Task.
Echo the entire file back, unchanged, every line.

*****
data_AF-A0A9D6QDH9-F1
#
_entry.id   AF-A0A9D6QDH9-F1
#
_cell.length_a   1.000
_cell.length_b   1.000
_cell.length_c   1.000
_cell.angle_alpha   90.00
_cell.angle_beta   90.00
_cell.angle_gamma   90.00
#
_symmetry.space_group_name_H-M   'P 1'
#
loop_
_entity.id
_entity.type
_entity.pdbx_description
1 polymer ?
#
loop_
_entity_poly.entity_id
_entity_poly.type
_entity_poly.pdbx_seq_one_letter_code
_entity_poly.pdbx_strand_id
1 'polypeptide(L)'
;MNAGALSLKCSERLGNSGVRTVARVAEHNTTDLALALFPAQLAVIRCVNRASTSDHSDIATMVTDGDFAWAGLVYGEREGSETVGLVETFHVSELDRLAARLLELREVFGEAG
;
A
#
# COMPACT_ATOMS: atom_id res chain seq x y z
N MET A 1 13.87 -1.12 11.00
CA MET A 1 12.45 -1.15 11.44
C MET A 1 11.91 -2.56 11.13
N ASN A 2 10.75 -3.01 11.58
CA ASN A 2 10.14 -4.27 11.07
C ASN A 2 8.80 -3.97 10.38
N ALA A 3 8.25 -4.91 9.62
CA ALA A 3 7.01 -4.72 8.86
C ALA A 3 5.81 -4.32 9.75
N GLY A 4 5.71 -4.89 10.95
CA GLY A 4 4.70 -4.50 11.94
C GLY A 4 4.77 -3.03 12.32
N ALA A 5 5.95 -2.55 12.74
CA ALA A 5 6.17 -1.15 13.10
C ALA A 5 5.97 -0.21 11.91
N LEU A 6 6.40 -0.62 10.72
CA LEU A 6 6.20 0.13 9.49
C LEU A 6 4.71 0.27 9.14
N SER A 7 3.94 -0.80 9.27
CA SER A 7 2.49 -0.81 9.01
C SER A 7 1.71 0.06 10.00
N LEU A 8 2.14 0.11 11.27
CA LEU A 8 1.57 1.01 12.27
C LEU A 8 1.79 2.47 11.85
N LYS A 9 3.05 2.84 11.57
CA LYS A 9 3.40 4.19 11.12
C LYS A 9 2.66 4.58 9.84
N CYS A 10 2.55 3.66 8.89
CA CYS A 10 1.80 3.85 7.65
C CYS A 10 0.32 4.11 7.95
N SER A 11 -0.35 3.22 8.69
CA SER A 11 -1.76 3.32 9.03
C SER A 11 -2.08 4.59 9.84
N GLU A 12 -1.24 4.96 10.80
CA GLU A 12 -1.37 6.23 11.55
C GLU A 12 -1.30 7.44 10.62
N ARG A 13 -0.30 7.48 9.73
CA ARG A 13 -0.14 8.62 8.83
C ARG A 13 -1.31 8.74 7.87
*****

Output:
data_AF-A0A9D6QDH9-F1
#
_entry.id   AF-A0A9D6QDH9-F1
#
_cell.length_a   1.000
_cell.length_b   1.000
_cell.length_c   1.000
_cell.angle_alpha   90.00
_cell.angle_beta   90.00
_cell.angle_gamma   90.00
#
_symmetry.space_group_name_H-M   'P 1'
#
loop_
_entity.id
_entity.type
_entity.pdbx_description
1 polymer ?
#
loop_
_entity_poly.entity_id
_entity_poly.type
_entity_poly.pdbx_seq_one_letter_code
_entity_poly.pdbx_strand_id
1 'polypeptide(L)'
;MNAGALSLKCSERLGNSGVRTVARVAEHNTTDLALALFPAQLAVIRCVNRASTSDHSDIATMVTDGDFAWAGLVYGEREGSETVGLVETFHVSELDRLAARLLELREVFGEAG
;
A
#
# COMPACT_ATOMS: atom_id res chain seq x y z
N MET A 1 13.87 -1.12 11.00
CA MET A 1 12.45 -1.15 11.44
C MET A 1 11.91 -2.56 11.13
N ASN A 2 10.75 -3.01 11.58
CA ASN A 2 10.14 -4.27 11.07
C ASN A 2 8.80 -3.97 10.38
N ALA A 3 8.25 -4.91 9.62
CA ALA A 3 7.01 -4.72 8.86
C ALA A 3 5.81 -4.32 9.75
N GLY A 4 5.71 -4.89 10.95
CA GLY A 4 4.70 -4.50 11.94
C GLY A 4 4.77 -3.03 12.32
N ALA A 5 5.95 -2.55 12.74
CA ALA A 5 6.17 -1.15 13.10
C ALA A 5 5.97 -0.21 11.91
N LEU A 6 6.40 -0.62 10.72
CA LEU A 6 6.20 0.13 9.49
C LEU A 6 4.71 0.27 9.14
N SER A 7 3.94 -0.80 9.27
CA SER A 7 2.49 -0.81 9.01
C SER A 7 1.71 0.06 10.00
N LEU A 8 2.14 0.11 11.27
CA LEU A 8 1.57 1.01 12.27
C LEU A 8 1.79 2.47 11.85
N LYS A 9 3.05 2.84 11.57
CA LYS A 9 3.40 4.19 11.12
C LYS A 9 2.66 4.58 9.84
N CYS A 10 2.55 3.66 8.89
CA CYS A 10 1.80 3.85 7.65
C CYS A 10 0.32 4.11 7.95
N SER A 11 -0.35 3.22 8.69
CA SER A 11 -1.76 3.32 9.03
C SER A 11 -2.08 4.59 9.84
N GLU A 12 -1.24 4.96 10.80
CA GLU A 12 -1.37 6.23 11.55
C GLU A 12 -1.30 7.44 10.62
N ARG A 13 -0.30 7.48 9.73
CA ARG A 13 -0.14 8.62 8.83
C ARG A 13 -1.31 8.74 7.87